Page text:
MONTGOMERY COUNTY, Md. — Approximately 1,000 students and staff are currently in quarantine at Montgomery County Public Schools, which faced a first week rife with challenges, according to the schools’ public information officer and a letter to the community from Superintendent Monifa McKnight.
The Superintendent tightened the district's quarantine protocols after students' first week of school.
One MCPS parent said she worries the number of quarantines and positive COVID cases could go up in the days and weeks to come because of an overcrowding issue not inside the schools, but on the way home from it.
“They're touching you know arm to arm, three to a seat so yeah I think we're gonna definitely see a lot more cases next week and the week after,” Natalie Collins said. "It's a problem. Next week is when we're going to see how bad these crowded buses were and the effects of it.”
Collins said her daughter's bus was completely full and students were having to sit three to a seat. Her daughter is 11-years-old and not yet eligible to be vaccinated.
An MCPS spokesperson said there are safety measures in place for students riding the bus, including masks, frequent cleaning, and open windows to increase circulation.
However, Collins said with a bus so crowded it's hard to keep any space between the students.
“They’re still talking about like one layer of mitigation right just wearing the mask, they're still touching the same surfaces while they're there on the bus," Collins said. "So there's a huge concern of my having her there on such a crowded bus with a respiratory virus circulating.”
She said what's adding to her worry is that some of the same kids now being forced to quarantine could have been on the bus with her daughter.
"I don't know if their extension to notify us takes into consideration whether or not they're riding the bus, but even if they're not, the fact that you do have kids that are in the school that have to quarantine highlights the possibility that there can be exposure there on the bus as well," Collin said. "Just like they're getting exposed in the classroom when they're supposed to have a greater distance between them. We are now putting them on a small space where there's considerably less distance between them so the risk is really real.”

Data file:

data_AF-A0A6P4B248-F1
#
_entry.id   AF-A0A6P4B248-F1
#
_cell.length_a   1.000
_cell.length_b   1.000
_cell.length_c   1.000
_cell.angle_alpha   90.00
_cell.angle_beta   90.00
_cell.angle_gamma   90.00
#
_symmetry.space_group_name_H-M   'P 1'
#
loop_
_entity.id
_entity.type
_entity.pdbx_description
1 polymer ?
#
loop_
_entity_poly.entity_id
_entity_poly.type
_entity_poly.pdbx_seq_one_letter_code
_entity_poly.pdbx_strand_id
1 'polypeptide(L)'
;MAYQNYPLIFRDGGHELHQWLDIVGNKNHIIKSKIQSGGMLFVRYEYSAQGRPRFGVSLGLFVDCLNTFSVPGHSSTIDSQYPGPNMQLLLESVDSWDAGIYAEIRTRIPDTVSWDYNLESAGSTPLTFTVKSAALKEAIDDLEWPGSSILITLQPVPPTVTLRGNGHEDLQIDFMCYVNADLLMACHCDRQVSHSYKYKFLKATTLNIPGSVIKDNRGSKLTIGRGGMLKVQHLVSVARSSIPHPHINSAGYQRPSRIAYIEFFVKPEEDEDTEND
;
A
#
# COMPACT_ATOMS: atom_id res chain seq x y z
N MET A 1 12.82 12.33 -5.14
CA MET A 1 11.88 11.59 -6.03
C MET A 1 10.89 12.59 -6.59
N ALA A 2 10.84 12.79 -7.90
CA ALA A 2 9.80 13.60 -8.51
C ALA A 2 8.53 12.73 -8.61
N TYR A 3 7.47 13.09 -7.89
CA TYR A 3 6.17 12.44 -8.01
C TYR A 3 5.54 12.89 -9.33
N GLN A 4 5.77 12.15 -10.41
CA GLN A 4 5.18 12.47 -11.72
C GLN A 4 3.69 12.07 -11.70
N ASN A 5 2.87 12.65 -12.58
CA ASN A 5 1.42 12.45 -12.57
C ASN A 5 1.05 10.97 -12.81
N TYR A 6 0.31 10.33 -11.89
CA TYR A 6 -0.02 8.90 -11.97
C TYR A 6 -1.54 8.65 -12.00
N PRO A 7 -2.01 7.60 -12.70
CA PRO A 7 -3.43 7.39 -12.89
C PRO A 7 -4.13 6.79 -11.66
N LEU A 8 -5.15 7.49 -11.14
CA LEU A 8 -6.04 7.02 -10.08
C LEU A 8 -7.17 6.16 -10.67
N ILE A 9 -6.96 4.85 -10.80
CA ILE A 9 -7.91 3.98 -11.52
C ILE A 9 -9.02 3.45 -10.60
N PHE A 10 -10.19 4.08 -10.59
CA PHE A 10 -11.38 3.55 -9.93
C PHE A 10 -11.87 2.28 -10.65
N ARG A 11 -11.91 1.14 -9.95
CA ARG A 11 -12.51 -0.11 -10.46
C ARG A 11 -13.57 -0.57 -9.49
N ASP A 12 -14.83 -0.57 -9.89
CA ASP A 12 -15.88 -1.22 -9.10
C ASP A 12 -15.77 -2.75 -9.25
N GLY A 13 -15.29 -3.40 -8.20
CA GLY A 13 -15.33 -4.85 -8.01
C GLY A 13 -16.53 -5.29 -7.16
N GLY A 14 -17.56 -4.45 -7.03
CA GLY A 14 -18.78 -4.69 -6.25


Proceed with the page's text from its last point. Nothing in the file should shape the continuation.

The MCPS spokesperson said Saturday that given the students are designed to specific routes the district would be able to engage in a thorough contact tracing process utilizing schedules and class assignments as needed.
In the letter sent by Superintendent Monifa McKnight, it acknowledged issues with bus routes during the district's first week. A spokesperson said as more drivers are hired they anticipate a decrease in crowded routes.
Collins worries it will be too late by the time the problem gets fixed.
"I kind of have it in the back of my mind that if they can't figure it out in a week we're going to continue to see a little more cases at the schools," Collins said. "And it's a very real possibility for us to have to make some hard decisions in the next coming week on how we're going to best take care of our kids at home.”
The district updated its quarantine guidelines following the first week of school. The policies currently in place are outlined below.
Unvaccinated students who have been in close contact with an individual who is displaying any single symptom of COVID-19 will be sent home.
Students who are sent home because they have been in close contact with an individual with symptoms may return if the individual with symptoms tests negative, or has an alternate diagnosis from a medical provider.
In the absence of a negative COVID-19 test or alternate medical diagnosis of that individual, all students who were in close contact with the individual are required to quarantine for 10 days.
You can read the full MCPS community letter HERE.